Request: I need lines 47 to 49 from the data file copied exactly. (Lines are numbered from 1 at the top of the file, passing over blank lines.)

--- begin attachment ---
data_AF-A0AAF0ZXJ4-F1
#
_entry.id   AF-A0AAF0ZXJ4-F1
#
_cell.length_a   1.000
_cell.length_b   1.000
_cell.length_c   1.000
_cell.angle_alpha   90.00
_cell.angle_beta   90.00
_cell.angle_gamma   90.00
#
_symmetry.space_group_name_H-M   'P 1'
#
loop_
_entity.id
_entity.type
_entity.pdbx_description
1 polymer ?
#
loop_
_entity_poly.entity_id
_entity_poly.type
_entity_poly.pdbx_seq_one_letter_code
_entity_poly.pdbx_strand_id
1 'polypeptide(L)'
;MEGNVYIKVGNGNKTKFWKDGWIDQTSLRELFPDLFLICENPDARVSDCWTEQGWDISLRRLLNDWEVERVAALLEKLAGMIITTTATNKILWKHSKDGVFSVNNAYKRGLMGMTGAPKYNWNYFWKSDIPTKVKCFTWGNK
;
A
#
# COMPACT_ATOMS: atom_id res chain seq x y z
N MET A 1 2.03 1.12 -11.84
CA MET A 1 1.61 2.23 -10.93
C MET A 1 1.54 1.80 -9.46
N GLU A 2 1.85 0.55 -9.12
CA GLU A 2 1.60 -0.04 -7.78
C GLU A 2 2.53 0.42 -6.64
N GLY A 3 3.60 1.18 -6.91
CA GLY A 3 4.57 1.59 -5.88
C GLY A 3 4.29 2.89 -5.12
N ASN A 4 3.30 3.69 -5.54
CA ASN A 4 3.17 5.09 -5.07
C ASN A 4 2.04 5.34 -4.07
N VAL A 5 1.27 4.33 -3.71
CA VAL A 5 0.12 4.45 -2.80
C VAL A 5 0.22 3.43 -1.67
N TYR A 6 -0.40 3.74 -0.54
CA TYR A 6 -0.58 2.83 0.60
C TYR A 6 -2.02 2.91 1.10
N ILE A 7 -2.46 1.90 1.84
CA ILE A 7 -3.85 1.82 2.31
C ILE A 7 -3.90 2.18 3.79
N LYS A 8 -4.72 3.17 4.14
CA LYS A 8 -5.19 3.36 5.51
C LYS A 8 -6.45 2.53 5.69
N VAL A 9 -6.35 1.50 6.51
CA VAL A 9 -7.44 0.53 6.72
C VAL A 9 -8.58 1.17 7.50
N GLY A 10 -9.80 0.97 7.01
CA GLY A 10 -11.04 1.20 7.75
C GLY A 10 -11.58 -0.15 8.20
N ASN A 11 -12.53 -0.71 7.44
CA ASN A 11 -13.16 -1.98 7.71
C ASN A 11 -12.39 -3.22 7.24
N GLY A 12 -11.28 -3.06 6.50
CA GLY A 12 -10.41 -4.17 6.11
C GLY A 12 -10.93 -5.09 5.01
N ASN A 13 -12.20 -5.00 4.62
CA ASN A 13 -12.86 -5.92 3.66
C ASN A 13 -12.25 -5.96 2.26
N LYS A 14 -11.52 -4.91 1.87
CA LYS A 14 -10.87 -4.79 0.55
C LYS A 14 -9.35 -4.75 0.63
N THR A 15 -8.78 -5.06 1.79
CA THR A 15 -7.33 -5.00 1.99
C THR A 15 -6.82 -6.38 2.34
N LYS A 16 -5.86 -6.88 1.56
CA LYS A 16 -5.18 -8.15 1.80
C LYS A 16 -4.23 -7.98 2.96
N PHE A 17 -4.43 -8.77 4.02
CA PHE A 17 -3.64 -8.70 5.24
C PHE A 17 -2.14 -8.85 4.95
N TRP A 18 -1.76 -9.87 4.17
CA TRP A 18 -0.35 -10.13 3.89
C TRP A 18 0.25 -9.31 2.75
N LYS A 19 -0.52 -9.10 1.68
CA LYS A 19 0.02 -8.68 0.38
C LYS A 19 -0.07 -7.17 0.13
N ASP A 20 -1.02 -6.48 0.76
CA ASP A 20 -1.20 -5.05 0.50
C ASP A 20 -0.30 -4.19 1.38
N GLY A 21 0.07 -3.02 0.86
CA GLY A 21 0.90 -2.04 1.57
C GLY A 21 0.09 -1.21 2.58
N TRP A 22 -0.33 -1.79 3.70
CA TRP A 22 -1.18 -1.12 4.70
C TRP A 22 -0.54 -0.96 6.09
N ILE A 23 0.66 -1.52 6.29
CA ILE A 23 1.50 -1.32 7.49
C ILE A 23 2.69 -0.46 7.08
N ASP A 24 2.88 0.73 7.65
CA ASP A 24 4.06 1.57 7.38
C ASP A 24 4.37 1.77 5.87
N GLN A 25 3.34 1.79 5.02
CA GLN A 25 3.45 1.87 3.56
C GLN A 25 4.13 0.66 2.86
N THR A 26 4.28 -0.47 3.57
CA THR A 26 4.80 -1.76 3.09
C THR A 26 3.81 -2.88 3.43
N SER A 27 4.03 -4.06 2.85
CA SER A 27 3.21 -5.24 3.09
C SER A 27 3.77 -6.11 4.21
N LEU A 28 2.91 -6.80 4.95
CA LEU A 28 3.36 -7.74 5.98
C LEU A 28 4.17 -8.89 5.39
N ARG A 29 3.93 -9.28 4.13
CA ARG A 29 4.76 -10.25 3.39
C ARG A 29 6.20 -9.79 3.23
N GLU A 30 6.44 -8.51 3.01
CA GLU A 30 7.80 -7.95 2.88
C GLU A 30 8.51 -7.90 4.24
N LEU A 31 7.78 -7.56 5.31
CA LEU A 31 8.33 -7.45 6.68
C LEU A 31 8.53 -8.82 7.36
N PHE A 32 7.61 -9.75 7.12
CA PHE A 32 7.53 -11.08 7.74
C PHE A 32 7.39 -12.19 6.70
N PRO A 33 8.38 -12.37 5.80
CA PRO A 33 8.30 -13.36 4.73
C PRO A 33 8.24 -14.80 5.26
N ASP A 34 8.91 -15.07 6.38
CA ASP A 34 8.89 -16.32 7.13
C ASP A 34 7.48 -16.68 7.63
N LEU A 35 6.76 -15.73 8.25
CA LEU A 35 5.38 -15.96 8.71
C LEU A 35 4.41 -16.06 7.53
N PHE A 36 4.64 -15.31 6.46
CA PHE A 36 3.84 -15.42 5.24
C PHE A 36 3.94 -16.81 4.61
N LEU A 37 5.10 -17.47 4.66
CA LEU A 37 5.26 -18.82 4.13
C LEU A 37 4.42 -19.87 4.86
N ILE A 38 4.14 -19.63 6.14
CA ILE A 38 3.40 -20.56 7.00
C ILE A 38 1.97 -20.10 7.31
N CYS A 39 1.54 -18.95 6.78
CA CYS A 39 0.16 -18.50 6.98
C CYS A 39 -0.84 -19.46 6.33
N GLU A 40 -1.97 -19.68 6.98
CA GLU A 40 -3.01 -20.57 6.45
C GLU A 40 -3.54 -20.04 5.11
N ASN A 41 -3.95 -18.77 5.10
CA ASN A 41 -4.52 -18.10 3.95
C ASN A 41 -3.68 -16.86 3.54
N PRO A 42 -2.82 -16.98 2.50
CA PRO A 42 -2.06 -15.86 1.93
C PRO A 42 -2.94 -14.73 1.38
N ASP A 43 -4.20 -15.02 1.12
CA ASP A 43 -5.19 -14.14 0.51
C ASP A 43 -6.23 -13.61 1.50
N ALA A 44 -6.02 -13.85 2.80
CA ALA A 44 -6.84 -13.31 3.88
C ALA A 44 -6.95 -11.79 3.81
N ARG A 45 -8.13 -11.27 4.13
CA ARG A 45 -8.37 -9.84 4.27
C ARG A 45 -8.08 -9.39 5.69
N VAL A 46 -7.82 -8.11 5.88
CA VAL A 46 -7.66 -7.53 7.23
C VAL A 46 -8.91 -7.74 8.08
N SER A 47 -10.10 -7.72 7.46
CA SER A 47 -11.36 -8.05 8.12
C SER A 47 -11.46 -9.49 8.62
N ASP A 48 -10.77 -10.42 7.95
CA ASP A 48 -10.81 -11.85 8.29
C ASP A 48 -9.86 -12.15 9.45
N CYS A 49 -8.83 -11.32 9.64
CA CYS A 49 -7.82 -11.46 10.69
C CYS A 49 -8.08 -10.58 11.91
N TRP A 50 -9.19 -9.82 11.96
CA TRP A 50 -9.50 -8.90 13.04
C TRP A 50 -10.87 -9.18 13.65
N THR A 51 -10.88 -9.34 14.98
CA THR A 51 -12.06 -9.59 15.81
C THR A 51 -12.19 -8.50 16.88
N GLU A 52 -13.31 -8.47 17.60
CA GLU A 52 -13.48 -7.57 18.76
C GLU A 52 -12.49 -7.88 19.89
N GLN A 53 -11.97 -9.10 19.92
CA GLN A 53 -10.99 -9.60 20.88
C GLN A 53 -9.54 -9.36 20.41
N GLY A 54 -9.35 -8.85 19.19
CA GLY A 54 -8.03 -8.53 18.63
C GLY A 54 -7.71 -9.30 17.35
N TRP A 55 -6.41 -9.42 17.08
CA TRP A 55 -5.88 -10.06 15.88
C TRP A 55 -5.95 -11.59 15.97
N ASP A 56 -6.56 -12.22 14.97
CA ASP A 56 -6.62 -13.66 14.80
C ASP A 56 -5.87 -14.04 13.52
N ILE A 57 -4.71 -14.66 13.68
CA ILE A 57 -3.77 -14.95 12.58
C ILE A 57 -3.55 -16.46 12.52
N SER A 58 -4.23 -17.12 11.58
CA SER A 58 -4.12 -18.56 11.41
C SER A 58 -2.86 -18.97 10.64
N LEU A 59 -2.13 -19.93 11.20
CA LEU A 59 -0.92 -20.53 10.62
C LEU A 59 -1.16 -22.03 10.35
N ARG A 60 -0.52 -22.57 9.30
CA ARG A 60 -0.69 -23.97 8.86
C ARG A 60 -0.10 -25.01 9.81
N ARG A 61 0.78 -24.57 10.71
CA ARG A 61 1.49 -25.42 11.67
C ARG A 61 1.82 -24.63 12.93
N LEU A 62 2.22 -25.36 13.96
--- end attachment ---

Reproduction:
CA TYR A 6 -0.58 2.83 0.60
C TYR A 6 -2.02 2.91 1.10
N ILE A 7 -2.46 1.90 1.84